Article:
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215 Beltway in Las Vegas was never planned as a full loop

The 215 Beltway was never expected to make a complete ring around the Las Vegas Valley.

The current three-quarters loop was completed in 2003, aimed at relieving traffic congestion for the rapidly growing region, Clark County spokesman Dan Kulin said.

A few readers have emailed the Road Warrior noting that one-quarter of the circle of the Beltway is missing through the east end of the valley, in hopes of seeing a connection between Interstate 15 in North Las Vegas and U.S. Highway 95 in Henderson.

Clark County officials studied several route options for the Beltway during the late 1990s, but Kulin said that this particular segment was never designed nor formally planned. The missing link was always part of the plan — and still is.

“There would have been significant impacts on existing homes and businesses, as adding a highway through that area would have required a significant amount of eminent domain procedures,” Kulin said.

Construction on the first segment was completed in 2005, starting with the Town Center interchange and the Alta Drive bridge, according to the county’s website. The Nevada Department of Transportation also completed work that year on the interchange connecting the Beltway with U.S. Highway 95 in the valley’s southeast end.

Now, the 53-mile stretch of road runs through parts of Henderson, Las Vegas, North Las Vegas and unincorporated Clark County.

Midblock crossings

Corner crosswalks are found at most intersections as a way to provide safe passage for people to get from one side of the street to the other.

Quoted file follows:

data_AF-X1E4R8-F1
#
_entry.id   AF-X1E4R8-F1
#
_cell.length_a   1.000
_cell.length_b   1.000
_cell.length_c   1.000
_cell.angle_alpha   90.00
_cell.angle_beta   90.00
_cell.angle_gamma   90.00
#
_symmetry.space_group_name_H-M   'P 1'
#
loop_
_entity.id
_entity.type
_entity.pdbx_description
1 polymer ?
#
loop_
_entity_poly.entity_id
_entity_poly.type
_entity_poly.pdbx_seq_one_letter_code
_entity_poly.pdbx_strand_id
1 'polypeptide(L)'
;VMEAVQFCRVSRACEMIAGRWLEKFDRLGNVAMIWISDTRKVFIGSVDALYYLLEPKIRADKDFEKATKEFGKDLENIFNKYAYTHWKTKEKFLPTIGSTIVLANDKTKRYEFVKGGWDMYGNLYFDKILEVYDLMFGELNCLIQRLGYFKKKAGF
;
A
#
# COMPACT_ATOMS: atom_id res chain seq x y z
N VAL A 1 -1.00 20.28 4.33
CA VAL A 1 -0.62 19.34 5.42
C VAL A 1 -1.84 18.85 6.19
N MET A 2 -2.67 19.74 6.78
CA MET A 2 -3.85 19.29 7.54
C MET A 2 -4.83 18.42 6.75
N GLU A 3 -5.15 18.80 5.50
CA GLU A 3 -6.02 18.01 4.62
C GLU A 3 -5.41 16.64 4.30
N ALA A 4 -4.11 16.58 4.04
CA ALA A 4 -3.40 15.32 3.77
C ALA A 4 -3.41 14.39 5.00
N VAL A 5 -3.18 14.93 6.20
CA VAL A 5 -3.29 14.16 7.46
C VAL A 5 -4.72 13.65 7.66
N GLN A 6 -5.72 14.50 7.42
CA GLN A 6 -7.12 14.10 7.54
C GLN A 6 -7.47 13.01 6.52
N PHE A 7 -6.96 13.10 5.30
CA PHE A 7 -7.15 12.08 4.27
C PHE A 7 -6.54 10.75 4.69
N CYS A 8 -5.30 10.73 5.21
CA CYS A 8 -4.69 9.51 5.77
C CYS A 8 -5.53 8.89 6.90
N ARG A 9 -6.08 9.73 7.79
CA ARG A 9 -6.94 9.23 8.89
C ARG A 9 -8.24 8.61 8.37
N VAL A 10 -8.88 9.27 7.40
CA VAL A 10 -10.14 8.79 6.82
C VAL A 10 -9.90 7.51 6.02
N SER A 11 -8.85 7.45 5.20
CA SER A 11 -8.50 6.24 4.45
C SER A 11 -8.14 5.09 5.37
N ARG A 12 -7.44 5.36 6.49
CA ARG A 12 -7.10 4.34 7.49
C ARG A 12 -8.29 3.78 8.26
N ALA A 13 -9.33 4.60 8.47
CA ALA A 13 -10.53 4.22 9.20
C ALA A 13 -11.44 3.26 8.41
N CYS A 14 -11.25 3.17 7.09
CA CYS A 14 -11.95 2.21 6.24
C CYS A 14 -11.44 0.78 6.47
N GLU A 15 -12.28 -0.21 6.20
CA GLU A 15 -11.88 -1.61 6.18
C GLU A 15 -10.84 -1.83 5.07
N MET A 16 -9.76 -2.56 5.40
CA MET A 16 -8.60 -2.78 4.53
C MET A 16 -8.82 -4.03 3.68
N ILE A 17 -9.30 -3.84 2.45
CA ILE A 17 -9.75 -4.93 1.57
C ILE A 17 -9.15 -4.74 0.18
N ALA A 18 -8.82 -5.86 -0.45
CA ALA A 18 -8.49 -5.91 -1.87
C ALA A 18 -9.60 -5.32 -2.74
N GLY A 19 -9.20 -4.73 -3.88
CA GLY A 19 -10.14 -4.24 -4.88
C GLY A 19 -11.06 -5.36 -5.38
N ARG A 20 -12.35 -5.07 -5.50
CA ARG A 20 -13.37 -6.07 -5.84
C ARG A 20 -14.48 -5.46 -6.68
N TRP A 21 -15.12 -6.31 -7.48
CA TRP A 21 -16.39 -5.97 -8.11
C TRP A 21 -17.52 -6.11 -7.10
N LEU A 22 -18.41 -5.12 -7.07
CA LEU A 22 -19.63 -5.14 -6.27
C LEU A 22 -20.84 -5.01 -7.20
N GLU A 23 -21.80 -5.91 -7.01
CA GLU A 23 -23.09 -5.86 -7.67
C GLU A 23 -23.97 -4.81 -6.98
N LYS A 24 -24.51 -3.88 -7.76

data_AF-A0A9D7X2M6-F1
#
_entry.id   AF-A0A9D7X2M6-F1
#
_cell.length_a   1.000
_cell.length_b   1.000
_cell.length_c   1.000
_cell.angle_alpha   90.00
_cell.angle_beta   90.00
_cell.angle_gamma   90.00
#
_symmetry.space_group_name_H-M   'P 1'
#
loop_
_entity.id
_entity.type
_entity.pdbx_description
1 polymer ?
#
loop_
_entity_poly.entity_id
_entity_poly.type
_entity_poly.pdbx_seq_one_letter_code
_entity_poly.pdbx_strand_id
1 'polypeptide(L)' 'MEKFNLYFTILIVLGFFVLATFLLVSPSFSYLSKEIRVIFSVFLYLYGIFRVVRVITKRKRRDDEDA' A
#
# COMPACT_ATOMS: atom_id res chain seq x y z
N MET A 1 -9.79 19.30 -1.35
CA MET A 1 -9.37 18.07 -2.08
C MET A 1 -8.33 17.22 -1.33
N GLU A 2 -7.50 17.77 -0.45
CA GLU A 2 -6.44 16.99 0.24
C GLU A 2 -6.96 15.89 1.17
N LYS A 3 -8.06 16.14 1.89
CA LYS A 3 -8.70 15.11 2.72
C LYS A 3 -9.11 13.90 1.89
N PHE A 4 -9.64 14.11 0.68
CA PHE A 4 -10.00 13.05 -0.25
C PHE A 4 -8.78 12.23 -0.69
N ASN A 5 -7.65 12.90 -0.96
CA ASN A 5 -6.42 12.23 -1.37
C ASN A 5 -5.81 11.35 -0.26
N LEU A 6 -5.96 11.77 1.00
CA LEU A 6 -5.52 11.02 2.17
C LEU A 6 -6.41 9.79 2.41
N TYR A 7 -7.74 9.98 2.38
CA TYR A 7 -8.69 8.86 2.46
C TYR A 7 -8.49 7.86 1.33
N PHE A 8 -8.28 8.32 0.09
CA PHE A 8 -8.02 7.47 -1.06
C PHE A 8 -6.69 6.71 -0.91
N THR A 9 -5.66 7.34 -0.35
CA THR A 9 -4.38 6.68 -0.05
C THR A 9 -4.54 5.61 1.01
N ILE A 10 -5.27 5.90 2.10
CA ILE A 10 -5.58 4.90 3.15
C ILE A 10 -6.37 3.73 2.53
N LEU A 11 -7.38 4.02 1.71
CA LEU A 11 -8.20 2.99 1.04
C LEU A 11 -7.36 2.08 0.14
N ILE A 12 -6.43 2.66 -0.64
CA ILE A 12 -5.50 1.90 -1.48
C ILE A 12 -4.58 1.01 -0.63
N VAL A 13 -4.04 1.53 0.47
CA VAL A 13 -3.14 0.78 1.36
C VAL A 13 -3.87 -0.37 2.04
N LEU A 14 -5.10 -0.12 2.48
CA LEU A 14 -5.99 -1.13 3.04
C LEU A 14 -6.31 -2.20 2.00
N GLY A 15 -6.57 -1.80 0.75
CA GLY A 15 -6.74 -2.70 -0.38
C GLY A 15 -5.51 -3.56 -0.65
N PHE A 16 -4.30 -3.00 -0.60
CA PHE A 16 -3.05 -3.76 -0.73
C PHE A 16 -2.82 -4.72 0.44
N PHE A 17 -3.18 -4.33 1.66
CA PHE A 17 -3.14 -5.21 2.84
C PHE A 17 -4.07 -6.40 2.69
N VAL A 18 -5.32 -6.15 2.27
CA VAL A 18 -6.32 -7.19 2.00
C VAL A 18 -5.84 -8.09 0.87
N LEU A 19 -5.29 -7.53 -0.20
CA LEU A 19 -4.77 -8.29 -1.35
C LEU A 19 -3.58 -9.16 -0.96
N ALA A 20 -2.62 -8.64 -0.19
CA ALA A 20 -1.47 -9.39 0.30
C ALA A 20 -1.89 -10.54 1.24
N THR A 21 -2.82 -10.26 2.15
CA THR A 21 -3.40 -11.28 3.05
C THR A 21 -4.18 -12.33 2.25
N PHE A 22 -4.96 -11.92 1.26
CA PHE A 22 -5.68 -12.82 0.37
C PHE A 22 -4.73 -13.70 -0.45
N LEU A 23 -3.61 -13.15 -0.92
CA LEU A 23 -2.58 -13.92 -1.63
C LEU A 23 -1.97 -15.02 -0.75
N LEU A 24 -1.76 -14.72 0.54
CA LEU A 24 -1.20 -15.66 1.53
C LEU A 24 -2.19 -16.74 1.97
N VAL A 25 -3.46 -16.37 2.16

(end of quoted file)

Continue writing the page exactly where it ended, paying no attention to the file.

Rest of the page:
Increasingly, we’re seeing crosswalks placed midblock and Marlene from Las Vegas wanted to know who has the right of way: pedestrians or vehicles?

Pedestrians, always.

The yellow flashing lights that usually accompany midblock crosswalks are considered to be “advisory,” aimed at warning drivers that someone is attempting to walk across the street, Nevada Highway Patrol Trooper Jason Buratczuk said. State law does not require pedestrians to push the button to activate a crosswalk advisory light.

“If a pedestrian is waiting at a crosswalk trying to cross, they have the right of way, and motorists must stop to allow the pedestrian to safely cross the road,” Buratczuk said.

Sign unblocked

Steve from Las Vegas noticed some tree branches are blocking a sign that warns drivers about an upcoming crosswalk in the 8200 block of Grand Canyon Drive, near a school bus stop.

“Young and old people have almost been run over here, especially because cars speed down the street,” Steve wrote in an email to the Road Warrior.

Thanks to your question, maintenance crews were dispatched to make sure trees are not obstructing any warning signs near this crosswalk, Las Vegas city spokeswoman Margaret Kurtz said. Additional warning signs are going up nearby.

Because of frequent changes in school bus stop locations, Kurtz said that “it is not feasible to install permanent flashers.” School buses are already equipped with flashing lights that require drivers to come to a complete stop when children are crossing the street.

Starr struck

Stan wanted to know what types of improvements to expect along Starr Avenue, between Bermuda Road and St. Rose Parkway in Henderson, and when construction will wrap up.

The road closure should have been lifted Friday, with most of the work scheduled for completion by mid-November, Henderson city spokeswoman Kim Becker said. Crews are making some intersection modifications, along with installing underground wiring for traffic signals and streetlights. Paving should begin Oct. 9 and be completed within a couple of weeks.

No right of way

Geraldo from North Las Vegas wanted to know why concrete barriers are closing off access between Pecos and Washburn roads, especially given the proximity to Shadow Creek Golf Course and surrounding housing developments.

It turns out the city doesn’t own the right of way for the eastern half of Washburn along a few of the parcels in this area, North Las Vegas city spokeswoman Delen Goldberg said. Without that right of way, you and I can’t access that part of the road.

Questions and comments should be sent to roadwarrior@reviewjournal.com. Please include your phone number. Follow @RJroadwarrior on Twitter.

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